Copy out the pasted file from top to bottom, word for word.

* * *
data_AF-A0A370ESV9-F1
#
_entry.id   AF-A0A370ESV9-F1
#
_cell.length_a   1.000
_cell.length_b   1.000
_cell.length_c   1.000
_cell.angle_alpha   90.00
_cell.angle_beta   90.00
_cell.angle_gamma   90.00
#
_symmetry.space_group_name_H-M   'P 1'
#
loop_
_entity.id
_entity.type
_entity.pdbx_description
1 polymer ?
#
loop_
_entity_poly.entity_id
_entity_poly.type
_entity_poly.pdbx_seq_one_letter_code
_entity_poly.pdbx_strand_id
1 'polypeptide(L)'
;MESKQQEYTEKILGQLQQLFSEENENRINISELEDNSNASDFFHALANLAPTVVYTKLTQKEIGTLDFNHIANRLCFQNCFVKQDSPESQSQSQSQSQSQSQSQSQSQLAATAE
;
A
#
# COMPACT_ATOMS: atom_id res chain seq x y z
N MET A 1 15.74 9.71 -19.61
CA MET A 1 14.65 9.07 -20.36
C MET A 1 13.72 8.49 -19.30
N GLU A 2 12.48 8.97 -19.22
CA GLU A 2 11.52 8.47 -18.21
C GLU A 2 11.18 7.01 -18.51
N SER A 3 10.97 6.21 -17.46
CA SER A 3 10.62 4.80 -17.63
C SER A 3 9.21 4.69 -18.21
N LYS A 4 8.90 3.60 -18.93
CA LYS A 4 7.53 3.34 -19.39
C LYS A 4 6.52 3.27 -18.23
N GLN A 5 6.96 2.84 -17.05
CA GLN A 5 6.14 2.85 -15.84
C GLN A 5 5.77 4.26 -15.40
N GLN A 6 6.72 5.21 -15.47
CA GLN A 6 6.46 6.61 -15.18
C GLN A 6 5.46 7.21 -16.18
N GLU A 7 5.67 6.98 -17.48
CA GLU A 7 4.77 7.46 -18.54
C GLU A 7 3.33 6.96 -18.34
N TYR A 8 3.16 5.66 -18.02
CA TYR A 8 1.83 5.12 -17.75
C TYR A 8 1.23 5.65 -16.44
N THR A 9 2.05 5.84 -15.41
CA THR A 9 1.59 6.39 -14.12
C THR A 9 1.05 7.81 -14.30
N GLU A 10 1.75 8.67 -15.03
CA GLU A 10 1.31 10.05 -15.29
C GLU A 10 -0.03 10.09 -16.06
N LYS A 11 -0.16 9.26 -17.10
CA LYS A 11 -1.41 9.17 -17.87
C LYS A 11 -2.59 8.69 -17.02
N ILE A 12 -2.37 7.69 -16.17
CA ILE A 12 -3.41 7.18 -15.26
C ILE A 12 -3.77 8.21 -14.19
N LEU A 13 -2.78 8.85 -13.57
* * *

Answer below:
data_AF-A0A370ESV9-F1
#
_entry.id   AF-A0A370ESV9-F1
#
_cell.length_a   1.000
_cell.length_b   1.000
_cell.length_c   1.000
_cell.angle_alpha   90.00
_cell.angle_beta   90.00
_cell.angle_gamma   90.00
#
_symmetry.space_group_name_H-M   'P 1'
#
loop_
_entity.id
_entity.type
_entity.pdbx_description
1 polymer ?
#
loop_
_entity_poly.entity_id
_entity_poly.type
_entity_poly.pdbx_seq_one_letter_code
_entity_poly.pdbx_strand_id
1 'polypeptide(L)'
;MESKQQEYTEKILGQLQQLFSEENENRINISELEDNSNASDFFHALANLAPTVVYTKLTQKEIGTLDFNHIANRLCFQNCFVKQDSPESQSQSQSQSQSQSQSQSQSQLAATAE
;
A
#
# COMPACT_ATOMS: atom_id res chain seq x y z
N MET A 1 15.74 9.71 -19.61
CA MET A 1 14.65 9.07 -20.36
C MET A 1 13.72 8.49 -19.30
N GLU A 2 12.48 8.97 -19.22
CA GLU A 2 11.52 8.47 -18.21
C GLU A 2 11.18 7.01 -18.51
N SER A 3 10.97 6.21 -17.46
CA SER A 3 10.62 4.80 -17.63
C SER A 3 9.21 4.69 -18.21
N LYS A 4 8.90 3.60 -18.93
CA LYS A 4 7.53 3.34 -19.39
C LYS A 4 6.52 3.27 -18.23
N GLN A 5 6.96 2.84 -17.05
CA GLN A 5 6.14 2.85 -15.84
C GLN A 5 5.77 4.26 -15.40
N GLN A 6 6.72 5.21 -15.47
CA GLN A 6 6.46 6.61 -15.18
C GLN A 6 5.46 7.21 -16.18
N GLU A 7 5.67 6.98 -17.48
CA GLU A 7 4.77 7.46 -18.54
C GLU A 7 3.33 6.96 -18.34
N TYR A 8 3.16 5.66 -18.02
CA TYR A 8 1.83 5.12 -17.75
C TYR A 8 1.23 5.65 -16.44
N THR A 9 2.05 5.84 -15.41
CA THR A 9 1.59 6.39 -14.12
C THR A 9 1.05 7.81 -14.30
N GLU A 10 1.75 8.67 -15.03
CA GLU A 10 1.31 10.05 -15.29
C GLU A 10 -0.03 10.09 -16.06
N LYS A 11 -0.16 9.26 -17.10
CA LYS A 11 -1.41 9.17 -17.87
C LYS A 11 -2.59 8.69 -17.02
N ILE A 12 -2.37 7.69 -16.17
CA ILE A 12 -3.41 7.18 -15.26
C ILE A 12 -3.77 8.21 -14.19
N LEU A 13 -2.78 8.85 -13.57